New aviation contractor divides opinion

Simone Corbett, Assistant News Editor

Skepticism has surrounded the aviation department since IASCO Flight Training signed on as the new contractor for Central’s professional pilot program, replacing Midstate Aviation.

While the program is moving forward, with an expected increase in fall 2015 enrollment, students have voiced diverse opinions regarding the progress of their training.

Ron Mitchell, president of Midstate Aviation, said he refused to renew his contract with Central because he didn’t think they were adequately marketing the program.

According to Mitchell, activity at the airport has decreased over 50 percent since training  began with the new contractor.

“I have not seen anything yet that tells me that the contractor can be successful in doing what they’re doing at Ellensburg,” Mitchell said. “They are not completing the training that is required of the students in a timely manner.”

Mitchell said that, with just a few weeks left in the year, students are still less than a third of the way through their required training.

The students are not completing their training on schedule, and the aircraft they’re using are older and less sophisticated than the airplanes that were provided by me as a former contractor.

— Ron Mitchell, president of Midstate Aviation

Mitchell believes several mistakes were made during the bidding process and that the delayed flight training could’ve been avoided.

“Now they’re basically dependent on this company to ramp up the service, to increase the number of airplanes, to increase the number of flight instructors able to service the students and, if they don’t, then I don’t see any chance that this program will survive,” Mitchell said.

Students, however, have proven to be progressing at their own pace. Many expressed their appreciation to the department for providing multiple options to make up for lost time.

“I think, personally, there is a fairly big difference in how each student is progressing with their flight training. I know for sure there are quite a few people who are going to have to stay after finals week to finish up their training,” sophomore professional pilot major Michael Bageant said.

Junior professional pilot major Willie Heard said he is no longer as stressed about completing his training as he was in the beginning of the year.

“I had to stay for mid-winter break to catch up, which was a sacrifice on my end. They say I’ll be done in time, but I’m not really sure,” Heard said.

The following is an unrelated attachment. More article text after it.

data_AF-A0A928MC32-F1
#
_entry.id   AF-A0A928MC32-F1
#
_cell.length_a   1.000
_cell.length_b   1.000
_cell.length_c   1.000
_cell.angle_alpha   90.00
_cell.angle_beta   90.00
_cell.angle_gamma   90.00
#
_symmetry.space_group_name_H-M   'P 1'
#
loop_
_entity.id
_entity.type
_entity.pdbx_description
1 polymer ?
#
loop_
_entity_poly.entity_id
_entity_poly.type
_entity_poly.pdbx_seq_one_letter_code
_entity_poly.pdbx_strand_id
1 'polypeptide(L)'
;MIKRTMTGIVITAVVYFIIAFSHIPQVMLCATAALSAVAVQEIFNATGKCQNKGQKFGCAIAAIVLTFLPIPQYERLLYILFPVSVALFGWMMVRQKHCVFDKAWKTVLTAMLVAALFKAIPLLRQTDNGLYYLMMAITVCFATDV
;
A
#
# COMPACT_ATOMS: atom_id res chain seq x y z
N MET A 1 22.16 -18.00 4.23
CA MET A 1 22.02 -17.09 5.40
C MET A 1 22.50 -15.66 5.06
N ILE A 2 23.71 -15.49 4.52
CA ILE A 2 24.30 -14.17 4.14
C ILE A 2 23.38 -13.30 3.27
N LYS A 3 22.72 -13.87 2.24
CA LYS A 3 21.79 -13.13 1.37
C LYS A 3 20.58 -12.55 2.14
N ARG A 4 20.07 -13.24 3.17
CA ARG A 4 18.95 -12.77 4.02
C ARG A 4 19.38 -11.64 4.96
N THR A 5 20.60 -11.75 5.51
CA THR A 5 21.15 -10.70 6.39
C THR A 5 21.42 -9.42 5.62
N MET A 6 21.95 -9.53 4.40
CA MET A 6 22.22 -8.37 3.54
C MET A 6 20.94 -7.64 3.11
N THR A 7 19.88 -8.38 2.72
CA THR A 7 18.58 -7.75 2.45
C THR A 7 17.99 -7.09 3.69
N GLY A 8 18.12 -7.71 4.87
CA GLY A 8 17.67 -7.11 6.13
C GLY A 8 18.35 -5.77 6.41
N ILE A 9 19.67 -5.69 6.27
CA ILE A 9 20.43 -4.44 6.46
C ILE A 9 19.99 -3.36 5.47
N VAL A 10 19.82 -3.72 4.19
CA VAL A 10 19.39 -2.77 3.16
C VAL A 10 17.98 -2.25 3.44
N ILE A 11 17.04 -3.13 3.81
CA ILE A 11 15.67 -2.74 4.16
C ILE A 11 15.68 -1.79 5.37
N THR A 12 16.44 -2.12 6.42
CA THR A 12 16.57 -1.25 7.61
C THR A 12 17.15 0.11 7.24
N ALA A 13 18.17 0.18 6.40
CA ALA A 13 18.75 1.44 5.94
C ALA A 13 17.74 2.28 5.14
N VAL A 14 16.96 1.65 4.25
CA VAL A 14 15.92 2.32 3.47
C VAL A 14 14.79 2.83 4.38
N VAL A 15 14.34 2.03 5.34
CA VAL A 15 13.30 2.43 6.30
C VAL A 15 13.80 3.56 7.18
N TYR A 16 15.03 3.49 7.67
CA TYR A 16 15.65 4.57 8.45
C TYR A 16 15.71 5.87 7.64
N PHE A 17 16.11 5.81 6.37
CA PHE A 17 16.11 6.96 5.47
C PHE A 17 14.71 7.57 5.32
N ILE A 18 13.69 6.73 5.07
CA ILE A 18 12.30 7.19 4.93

An anonymous source said because they didn’t have the financial means to complete training any faster, they are a quarter behind.

“The senior class is going to be lucky to graduate on time, from what I’ve heard, because they are still waiting on the proper airplane, [Cessna 172 RG,] to be sent here so they can finish their CFI training,” the anonymous source said.

The new program contractor wasn’t the only reason student’s training got delayed.

“Unfortunately, the weather is horrible at that time of year. We are all behind, as we were put to the bottom of the list to start,” the anonymous source said.

Upperclassmen’s flight time has been most impacted by the delayed start date.

“I took my check ride a year ago for one of my ratings. As of now, I’m not even halfway through my next course of training,” the anonymous source said.

Sophomore aeronautical science major Deaundre Cola said he doesn’t feel he’s getting any less flight time with IASCO than he did with Midstate.

“It’s a different contractor, so they have different requirements. I feel like I’m getting the same flight time as last year,” Cola said.

While some students have adjusted, many still find the flight scheduling system to be frustrating.

“We would schedule flights and then find out that the plane’s actually not available, and sometimes there were maintenance issues on top of that,” Heard said.

The anonymous source voiced a similar frustration. According to the source, students would show up for a flight on time and be unable to start the lesson for over an hour due to lack of airplane availability.

The source also explained that, due to a lack of line personnel, about 15 minutes of flight time gets taken out of every other student flight to refuel the planes.

“A lot of people, at this point, are just happy we have airplanes to fly in, yet they are not good equipment compared to what we used to have,” the anonymous source said.

There are now 11 planes in Ellensburg, including eight single-engine and three twin-engine.

“We were initially promised newer aircraft, which didn’t pan out, so we have older airplanes that need upholstery work on the inside,” the anonymous source said. “Mechanically, they are sound yet are, in fact, a downgrade.”

Aviation Department Chair Amy Hoover said she does not see the various scheduling and mechanical issues to be out of the ordinary.

Hoover says that in the 12 years she’s been at Central, there has not been any year where all professional pilot students have completed their training by the end of spring quarter.

However, due to the particular circumstances from earlier this year, University Housing and the Dean’s office are providing accommodations to ensure that students will not be charged extra for staying on campus past the end of spring quarter to complete their training.

Hoover also said students will be saving a significant amount of money on their flight training with the new contractor—around $54,000 for all four years versus the previous $66,000.

“This program is a lot cheaper, so that’s a big benefit,” Heard said.

According to Hoover, students have also entered more internships and hiring pipeline agreements this year. In regards to the future of the program, Hoover stated that the flight program is strong, stable and growing.